Today may be the day for the perfect crime. Spain’s Guardia Civil are celebrating the fiesta del Pilar, in honour of their patron saint. The festivities started here this morning with some militaristic goings on involving the town band, guardia civil officers and ceremonial swords. There will, no doubt, be plenty of food and drink later, in honour of the Virgen del Pilar, who is said to protect the men and women who “give their lives to defend the constitution and territory of Spain”.
Pilar was officially declared as patron of the corps in 1913, though the origins of her links with the country’s military police appear to go back much further. Bizarrely in a country whose constitution enshrines the separation of state and church, Pilar also carries the distinction of having received the gold medal of police merit, which Spain’s interior minister Jorge Fernández Díaz bestowed on her in 2012.
The gold medal is normally reserved for police who have died heroically, usually in acts of terrorism. But another Virgin joined Pilar this year in receiving the honour, when Díaz gave it to the Virgin Mary, no less. Or to a statue of her in Malaga, to be precise.
This time the award was widely denounced, not least by the police officers’ union which said “give the virgin whatever you like, take her some flowers, make her the patron saint of our people, but don’t give her a police medal, least of all one reserved for police officers who have lost their lives in an attack”.
The Movimiento hacia un estado laico (Movement Towards a Secular State) and Secular Europe are challenging the Spanish government in court over Virgingate, having vowed to limit what they call an ingrained Catholic influence in public affairs. The outcome rests with the high court, which has decided, probably wisely, that a panel of magistrates will examine the case without the need to call witnesses.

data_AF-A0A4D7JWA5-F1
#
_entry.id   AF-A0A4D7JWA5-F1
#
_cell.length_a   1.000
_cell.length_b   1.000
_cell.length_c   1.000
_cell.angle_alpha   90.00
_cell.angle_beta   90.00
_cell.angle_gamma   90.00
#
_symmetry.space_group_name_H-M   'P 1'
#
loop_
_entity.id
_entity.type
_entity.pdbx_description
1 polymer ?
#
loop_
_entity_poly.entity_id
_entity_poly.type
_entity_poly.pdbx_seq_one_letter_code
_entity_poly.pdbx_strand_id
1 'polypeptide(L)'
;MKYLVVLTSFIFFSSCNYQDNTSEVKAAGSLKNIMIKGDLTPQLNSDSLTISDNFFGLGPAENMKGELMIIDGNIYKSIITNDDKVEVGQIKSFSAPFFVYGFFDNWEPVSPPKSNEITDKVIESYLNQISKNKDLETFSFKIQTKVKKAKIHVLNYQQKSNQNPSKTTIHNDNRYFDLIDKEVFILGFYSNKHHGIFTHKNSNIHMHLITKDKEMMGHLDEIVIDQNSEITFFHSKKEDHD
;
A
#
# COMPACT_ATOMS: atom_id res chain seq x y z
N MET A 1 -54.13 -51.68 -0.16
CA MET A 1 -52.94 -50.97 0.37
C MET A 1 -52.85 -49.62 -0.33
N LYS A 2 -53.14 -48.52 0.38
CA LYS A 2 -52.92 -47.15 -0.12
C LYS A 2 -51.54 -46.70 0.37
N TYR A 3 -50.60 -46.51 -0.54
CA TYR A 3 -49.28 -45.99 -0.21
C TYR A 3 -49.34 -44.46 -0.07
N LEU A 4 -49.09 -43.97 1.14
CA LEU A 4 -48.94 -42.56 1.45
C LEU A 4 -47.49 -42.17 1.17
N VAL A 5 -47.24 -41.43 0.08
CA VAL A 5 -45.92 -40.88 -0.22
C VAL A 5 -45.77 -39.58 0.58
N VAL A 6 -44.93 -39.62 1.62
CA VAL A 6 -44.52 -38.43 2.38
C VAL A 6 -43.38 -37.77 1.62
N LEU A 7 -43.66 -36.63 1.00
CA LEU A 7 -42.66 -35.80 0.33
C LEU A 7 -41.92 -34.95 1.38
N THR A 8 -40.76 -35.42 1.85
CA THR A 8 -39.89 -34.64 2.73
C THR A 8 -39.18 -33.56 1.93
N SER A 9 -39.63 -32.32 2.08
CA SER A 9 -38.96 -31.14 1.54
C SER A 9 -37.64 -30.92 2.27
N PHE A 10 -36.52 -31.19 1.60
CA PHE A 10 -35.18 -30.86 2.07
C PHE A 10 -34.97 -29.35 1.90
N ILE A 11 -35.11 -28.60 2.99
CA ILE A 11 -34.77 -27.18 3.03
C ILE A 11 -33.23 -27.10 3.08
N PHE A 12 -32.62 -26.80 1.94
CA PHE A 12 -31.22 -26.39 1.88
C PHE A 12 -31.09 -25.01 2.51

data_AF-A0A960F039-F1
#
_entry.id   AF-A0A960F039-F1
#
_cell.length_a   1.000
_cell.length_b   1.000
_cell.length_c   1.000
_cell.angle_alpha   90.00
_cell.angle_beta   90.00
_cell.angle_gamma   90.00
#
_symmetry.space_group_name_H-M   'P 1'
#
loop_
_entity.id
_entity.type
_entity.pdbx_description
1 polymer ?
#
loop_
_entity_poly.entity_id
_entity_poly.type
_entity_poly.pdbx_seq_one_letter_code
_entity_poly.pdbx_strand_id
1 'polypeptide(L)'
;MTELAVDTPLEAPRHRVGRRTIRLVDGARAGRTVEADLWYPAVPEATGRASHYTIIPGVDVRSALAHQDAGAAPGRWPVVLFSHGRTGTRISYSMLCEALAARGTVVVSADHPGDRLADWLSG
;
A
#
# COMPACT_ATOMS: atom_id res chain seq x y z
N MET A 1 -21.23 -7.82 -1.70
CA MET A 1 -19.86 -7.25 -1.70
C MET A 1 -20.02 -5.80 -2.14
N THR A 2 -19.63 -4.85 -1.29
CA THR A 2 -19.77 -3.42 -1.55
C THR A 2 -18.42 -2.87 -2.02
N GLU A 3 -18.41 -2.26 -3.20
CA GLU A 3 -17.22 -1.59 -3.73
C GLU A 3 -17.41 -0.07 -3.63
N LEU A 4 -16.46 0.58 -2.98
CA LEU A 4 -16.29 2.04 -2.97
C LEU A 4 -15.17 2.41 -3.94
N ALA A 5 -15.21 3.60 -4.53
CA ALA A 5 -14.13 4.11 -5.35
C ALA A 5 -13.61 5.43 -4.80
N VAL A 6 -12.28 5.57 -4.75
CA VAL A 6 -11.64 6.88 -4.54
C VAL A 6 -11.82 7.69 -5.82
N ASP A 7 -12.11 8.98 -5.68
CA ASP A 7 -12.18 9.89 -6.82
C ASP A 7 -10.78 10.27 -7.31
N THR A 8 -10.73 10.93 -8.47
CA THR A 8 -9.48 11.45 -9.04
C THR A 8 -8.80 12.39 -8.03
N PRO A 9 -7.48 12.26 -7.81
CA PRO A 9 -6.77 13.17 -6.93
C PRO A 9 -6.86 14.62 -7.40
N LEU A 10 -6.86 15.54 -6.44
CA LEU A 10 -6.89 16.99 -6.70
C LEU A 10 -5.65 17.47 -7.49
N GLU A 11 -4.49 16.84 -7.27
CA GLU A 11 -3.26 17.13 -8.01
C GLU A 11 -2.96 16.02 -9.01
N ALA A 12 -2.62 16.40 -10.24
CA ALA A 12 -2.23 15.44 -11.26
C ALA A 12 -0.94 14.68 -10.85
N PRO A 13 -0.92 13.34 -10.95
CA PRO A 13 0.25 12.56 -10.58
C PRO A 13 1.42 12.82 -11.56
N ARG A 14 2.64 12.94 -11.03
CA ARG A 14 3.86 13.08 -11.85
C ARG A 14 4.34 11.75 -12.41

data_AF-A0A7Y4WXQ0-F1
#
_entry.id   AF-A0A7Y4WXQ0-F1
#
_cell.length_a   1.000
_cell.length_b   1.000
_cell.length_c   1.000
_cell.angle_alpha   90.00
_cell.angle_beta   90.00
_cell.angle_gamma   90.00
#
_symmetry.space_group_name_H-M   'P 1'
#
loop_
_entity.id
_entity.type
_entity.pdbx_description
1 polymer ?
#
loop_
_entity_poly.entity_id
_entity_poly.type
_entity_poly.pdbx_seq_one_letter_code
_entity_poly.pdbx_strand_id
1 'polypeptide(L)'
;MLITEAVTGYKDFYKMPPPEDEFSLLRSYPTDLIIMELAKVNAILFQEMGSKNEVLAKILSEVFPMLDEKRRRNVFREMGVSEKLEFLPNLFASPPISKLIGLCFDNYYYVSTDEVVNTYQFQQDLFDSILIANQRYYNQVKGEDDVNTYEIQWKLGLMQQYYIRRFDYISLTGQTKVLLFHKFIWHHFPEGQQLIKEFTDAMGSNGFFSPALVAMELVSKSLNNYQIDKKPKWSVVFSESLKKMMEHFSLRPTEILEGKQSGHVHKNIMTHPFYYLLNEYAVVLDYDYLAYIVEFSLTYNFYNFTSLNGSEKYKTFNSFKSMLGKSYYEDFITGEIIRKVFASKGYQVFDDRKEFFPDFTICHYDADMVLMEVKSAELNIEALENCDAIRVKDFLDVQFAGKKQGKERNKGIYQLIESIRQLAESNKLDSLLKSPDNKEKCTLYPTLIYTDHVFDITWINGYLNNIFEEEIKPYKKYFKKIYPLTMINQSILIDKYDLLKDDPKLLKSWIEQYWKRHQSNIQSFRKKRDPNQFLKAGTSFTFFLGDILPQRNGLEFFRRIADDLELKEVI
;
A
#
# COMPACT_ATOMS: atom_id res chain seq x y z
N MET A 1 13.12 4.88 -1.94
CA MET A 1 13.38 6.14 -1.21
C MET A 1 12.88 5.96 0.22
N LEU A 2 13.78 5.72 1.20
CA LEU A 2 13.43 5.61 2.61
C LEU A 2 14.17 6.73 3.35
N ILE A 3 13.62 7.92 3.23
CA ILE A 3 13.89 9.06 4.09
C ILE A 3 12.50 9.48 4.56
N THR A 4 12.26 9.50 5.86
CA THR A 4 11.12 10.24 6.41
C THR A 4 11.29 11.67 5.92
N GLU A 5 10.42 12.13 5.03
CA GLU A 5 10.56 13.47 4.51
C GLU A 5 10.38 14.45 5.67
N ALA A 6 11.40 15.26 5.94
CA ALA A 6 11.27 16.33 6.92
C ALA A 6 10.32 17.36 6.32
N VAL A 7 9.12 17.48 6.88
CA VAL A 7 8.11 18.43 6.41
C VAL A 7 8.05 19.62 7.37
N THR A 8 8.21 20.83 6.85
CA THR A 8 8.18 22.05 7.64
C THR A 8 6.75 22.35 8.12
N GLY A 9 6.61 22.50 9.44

Lovely as the sound of the solitary Scops owl is, I wish it would take its mournful and monotonous call elsewhere at this time of night. It’s an ear-worm we could do without. Or perhaps I’m missing the rhythm of multiple car alarms going off on a lively Friday evening in London.
There is much more to Orgiva’s annual feria than tradition and doing things the way they’ve always been done. The four-day festival that celebrates this rural town’s history and culture is as eclectic as its community.
Without getting too teary-eyed about the significance of the giant paella, the massive free portions of which would set us back several pounds at most community festivals we’ve enjoyed in London, or of the tradicionales huevos fritos con ajos (fried eggs with garlic) handed out with bread in the main square, the egalitarian nature of feria reminds us of what is possible for a society.
Floats and flamenco dresses, elderly locals in their finest (new sombrero plano for him, a splash of colour for her), ex-pats keeping the pop-up bars busy. That they are juxtaposed with the powerful Brazilian and afro-Cuban drumming rhythms of Espíritu Santuka is a tribute to Orgiva’s diversity.
Another feria highlight, the carrera de cintas, a traditional sport in Spain and Latin America where contestants ride horses (though it is done on bicycles too, apparently) to a wire to try to capture a belt or ribbon hung from a loop, underlined the difference between equestrian activities here and in the UK. This wasn’t a gymkhana for privileged youngsters. These were working class men, racing their animals on a patch of waste ground in the middle of a housing estate (and no one at the council tried to stop it on ‘elf and safety grounds).
It’s difficult to spend money during feria. Most events are entrada gratuita. Only the Friday evening espectáculo ecuestre – the Andalucian horse dressage display – carried a charge. Not that anyone bothered to collect the €3 entrance fee from spectators. But I hope the hat was passed around for the €2 entrada solidaria at the theatrical production, money intended for Orgiva’s food bank.
As if four days of festivities was not enough for this town, we learn that Monday is another bank holiday, a fiesta in honour of Nuestra Señora del Pilar – the Patroness of Spain, the Guardia Civil and neighbouring town Lanjarón. There’s a saint for everything and everyone here. Any excuse for a party.